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If a tax agency doesn't know you exist, they won't ask you for anything. Peter T.
The tax agency of the country you were born in usually know you exist though.

But if you just give them an address in Africa or elsewhere and don't live in the particular country you were born in, it's fine.

Or maybe there are some smart ways of making them forget you.
 
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Better to just fade away than to give it addresses, false or otherwise. When bills & letters are returned "moved- not here" you are pretty much forgotten unless you owe a huge amount on a judgment, and even then, if your whereabouts are unknown, that's it for the govt or any creditor.
This is often against the law, and it might be the only way to escape the tax net in some cases. In many cases, you might need to consider exit taxes.
That being said, especially for EU citizens, it might be worthwhile to use an intermediary jurisdiction.

E.g., if you decide to exit an EU country's tax net, you can move first to another EU country and immediately get a tax residency certificate showing that you are considered a tax resident of another country in that period, then notify them that you have changed plans and are heading to South-Sudan.

Sometimes it could work even if you make a move, e.g., in December, obtain a residence permit and tax residence certificate, and before the end of the year, move on to the next country.

Also, there are tons of ways you can minimize or even avoid exit tax this way. It may be possible to move first to a destination country within the EU, form there a proper structure as a holding and then move to a third country. Some EU countries allow formal residency in their country without looking too much at the physical presence. This allows to win time and to benefit from a possible decrease in the value of the hidden reserves between the moves.

In some countries like Germany, there are exemptions for exit tax if EU/EEA citizens move within the EU/EEA and plan to return within 7 years. Authorities shall be notified, but they shall not ask for securities. On application, the return period can be extended for an additional five years. This rule allows one to leave the country temporarily, return and then exit permanently with little or no exit tax if the value of the hidden reserves in the participation has decreased during the first period of absence.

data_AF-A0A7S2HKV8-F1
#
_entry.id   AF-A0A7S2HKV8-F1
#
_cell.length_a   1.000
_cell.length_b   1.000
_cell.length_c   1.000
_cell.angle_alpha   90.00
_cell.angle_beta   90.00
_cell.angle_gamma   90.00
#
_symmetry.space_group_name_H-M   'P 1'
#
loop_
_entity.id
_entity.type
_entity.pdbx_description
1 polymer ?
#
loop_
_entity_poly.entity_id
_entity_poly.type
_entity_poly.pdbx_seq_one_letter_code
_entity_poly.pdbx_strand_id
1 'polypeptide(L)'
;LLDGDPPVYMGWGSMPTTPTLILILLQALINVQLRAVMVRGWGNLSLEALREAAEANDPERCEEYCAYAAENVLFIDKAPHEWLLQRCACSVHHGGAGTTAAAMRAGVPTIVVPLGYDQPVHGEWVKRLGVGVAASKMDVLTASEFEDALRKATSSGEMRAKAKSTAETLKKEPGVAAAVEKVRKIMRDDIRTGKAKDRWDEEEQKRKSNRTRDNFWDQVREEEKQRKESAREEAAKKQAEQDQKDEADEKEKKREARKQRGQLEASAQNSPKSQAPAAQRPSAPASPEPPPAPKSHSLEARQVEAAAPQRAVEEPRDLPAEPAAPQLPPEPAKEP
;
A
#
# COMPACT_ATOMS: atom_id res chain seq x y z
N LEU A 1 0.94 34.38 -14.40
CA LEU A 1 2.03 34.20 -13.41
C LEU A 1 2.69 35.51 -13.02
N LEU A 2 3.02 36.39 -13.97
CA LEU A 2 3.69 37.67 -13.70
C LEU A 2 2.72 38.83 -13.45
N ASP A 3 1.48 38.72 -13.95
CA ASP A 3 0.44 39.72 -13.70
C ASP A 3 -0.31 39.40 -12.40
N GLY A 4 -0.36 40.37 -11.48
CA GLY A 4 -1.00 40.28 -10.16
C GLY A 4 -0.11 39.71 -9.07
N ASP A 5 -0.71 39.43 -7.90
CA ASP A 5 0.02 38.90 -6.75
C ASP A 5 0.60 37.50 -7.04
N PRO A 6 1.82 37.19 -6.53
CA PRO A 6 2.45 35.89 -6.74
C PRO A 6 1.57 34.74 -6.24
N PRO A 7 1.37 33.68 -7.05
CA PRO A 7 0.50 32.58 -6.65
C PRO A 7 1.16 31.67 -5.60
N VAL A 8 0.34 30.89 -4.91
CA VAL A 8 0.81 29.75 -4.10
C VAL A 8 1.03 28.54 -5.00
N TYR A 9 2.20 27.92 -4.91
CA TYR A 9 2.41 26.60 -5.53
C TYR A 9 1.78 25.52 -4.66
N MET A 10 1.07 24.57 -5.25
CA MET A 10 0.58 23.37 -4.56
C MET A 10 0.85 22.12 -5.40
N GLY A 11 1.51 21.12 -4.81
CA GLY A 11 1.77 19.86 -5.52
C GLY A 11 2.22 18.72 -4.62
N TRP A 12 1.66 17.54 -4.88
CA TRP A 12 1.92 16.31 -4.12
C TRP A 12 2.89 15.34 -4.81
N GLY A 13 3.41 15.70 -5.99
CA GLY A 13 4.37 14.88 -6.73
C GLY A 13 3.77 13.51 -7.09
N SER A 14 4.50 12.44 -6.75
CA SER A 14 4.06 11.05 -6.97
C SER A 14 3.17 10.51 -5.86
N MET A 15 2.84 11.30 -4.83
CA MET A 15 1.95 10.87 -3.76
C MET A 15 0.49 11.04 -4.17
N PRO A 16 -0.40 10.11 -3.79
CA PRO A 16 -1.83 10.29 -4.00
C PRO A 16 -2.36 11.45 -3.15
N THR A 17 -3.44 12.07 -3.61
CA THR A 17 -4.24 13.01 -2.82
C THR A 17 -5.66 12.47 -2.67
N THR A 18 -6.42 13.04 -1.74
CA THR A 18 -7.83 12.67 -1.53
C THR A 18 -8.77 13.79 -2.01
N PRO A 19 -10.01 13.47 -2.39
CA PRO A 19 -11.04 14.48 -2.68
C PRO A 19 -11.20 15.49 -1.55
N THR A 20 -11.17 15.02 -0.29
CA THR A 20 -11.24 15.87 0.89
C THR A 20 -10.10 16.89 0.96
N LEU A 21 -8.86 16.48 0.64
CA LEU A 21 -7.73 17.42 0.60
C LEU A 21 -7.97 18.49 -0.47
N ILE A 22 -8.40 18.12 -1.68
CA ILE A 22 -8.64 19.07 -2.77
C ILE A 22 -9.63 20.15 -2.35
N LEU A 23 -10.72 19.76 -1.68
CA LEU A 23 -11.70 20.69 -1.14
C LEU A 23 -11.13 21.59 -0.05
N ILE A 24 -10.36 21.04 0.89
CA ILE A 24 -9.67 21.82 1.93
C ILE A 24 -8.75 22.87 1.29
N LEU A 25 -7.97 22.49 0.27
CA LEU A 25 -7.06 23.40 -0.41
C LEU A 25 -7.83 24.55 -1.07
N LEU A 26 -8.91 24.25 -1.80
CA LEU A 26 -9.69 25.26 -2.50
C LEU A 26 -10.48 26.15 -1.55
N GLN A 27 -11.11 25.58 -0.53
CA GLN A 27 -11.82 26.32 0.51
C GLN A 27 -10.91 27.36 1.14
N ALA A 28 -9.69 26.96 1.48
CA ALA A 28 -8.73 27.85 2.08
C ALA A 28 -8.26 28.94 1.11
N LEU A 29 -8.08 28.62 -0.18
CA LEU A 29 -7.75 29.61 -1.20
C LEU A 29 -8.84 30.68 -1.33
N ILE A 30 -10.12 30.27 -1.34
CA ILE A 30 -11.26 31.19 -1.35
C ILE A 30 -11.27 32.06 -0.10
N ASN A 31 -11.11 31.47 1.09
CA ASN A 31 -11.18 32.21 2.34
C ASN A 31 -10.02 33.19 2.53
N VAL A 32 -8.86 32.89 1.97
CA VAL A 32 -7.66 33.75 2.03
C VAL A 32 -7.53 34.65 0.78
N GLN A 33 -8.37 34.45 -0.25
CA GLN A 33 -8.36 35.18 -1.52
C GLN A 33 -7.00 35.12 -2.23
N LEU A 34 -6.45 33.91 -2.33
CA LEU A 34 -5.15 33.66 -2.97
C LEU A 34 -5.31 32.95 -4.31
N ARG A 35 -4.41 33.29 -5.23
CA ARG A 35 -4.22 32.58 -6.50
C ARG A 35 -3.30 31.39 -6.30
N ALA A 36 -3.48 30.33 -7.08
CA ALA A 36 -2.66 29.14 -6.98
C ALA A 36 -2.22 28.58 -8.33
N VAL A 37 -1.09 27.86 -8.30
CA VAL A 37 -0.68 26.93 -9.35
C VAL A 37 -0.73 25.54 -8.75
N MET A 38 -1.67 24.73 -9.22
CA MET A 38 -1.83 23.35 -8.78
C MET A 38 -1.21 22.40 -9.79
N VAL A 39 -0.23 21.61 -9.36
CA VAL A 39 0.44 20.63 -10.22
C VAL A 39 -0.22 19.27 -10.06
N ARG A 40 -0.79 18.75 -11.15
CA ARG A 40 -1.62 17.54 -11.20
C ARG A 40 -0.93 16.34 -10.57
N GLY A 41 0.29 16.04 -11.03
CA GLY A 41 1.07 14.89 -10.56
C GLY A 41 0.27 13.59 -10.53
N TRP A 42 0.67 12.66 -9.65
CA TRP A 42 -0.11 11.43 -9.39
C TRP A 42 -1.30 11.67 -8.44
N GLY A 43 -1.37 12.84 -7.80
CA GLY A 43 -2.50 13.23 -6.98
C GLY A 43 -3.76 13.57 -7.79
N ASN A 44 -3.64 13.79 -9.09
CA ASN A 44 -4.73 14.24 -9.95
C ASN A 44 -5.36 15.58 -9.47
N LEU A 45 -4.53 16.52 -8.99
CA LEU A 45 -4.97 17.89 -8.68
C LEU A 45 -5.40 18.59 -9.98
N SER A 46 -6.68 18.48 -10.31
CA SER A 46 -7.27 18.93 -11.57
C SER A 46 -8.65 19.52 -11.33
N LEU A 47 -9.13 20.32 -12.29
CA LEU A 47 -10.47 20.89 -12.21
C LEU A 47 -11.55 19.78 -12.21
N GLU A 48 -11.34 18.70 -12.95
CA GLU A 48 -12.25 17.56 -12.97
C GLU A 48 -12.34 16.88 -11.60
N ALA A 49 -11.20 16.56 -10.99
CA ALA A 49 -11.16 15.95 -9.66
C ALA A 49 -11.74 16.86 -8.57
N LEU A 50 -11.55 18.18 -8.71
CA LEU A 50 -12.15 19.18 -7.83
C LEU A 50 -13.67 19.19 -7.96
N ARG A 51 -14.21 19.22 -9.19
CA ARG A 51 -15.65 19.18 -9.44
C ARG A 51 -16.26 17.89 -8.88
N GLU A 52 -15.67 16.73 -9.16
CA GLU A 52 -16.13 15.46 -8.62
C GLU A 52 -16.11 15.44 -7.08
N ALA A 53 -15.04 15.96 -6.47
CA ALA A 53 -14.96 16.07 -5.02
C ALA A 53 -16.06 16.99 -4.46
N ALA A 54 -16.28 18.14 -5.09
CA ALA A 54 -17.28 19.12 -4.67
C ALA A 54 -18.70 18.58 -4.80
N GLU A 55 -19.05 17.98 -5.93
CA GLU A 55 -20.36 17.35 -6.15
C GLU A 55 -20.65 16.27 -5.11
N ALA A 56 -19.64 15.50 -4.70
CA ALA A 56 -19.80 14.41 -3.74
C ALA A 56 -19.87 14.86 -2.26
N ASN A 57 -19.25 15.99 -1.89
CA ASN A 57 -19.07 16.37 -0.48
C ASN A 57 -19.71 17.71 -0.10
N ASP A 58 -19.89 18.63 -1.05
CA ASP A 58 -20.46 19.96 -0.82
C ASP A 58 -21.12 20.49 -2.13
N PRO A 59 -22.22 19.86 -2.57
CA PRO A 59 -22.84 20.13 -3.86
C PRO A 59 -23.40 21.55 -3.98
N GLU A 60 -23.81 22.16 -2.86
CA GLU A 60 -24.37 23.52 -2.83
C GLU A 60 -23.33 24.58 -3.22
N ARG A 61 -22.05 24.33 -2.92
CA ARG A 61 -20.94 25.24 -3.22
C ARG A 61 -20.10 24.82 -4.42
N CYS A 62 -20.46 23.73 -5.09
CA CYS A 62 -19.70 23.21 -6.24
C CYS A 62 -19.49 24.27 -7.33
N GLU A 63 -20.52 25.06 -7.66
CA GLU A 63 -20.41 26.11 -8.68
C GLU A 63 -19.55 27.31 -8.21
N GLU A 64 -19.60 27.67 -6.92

Also, in case of a request for administrative cooperation, the destination states may have limited interest in investing resources to collect taxes for the departure state.
 
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Nothing I believe, you are the only western passport that can pull this for what ive seen (legally)
New Zealand has something very similar. Very easy to loose your tax residency there. It's mostly a statutory days test. There's also no need to show that you are tax resident elsewhere (they don't even ask for it on the official form you need to file when "leaving").

Source: I exited the NZ tax system over 17 years ago.

However our Australian cousins don't have it quite so easy.
 
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The tax agency of the country you were born in usually know you exist though.

But if you just give them an address in Africa or elsewhere and don't live in the particular country you were born in, it's fine.

Or maybe there are some smart ways of making them forget you.
...They also know where you are traveling, and this is a big problem. For instance, in Sweden the court ruled over the Swedish Tax Agency's requirement for the new country to also be your new tax resident. However, the Tax Agency does not care and still asks for this until you take them to court. And if you cannot provide satisfying documents to make them happy in an easy way, why are you doing it at all? There are a lot of problems with the setup by @peter taradash that for many does not work. However, I somehow see how it could possible work for a UK citizen.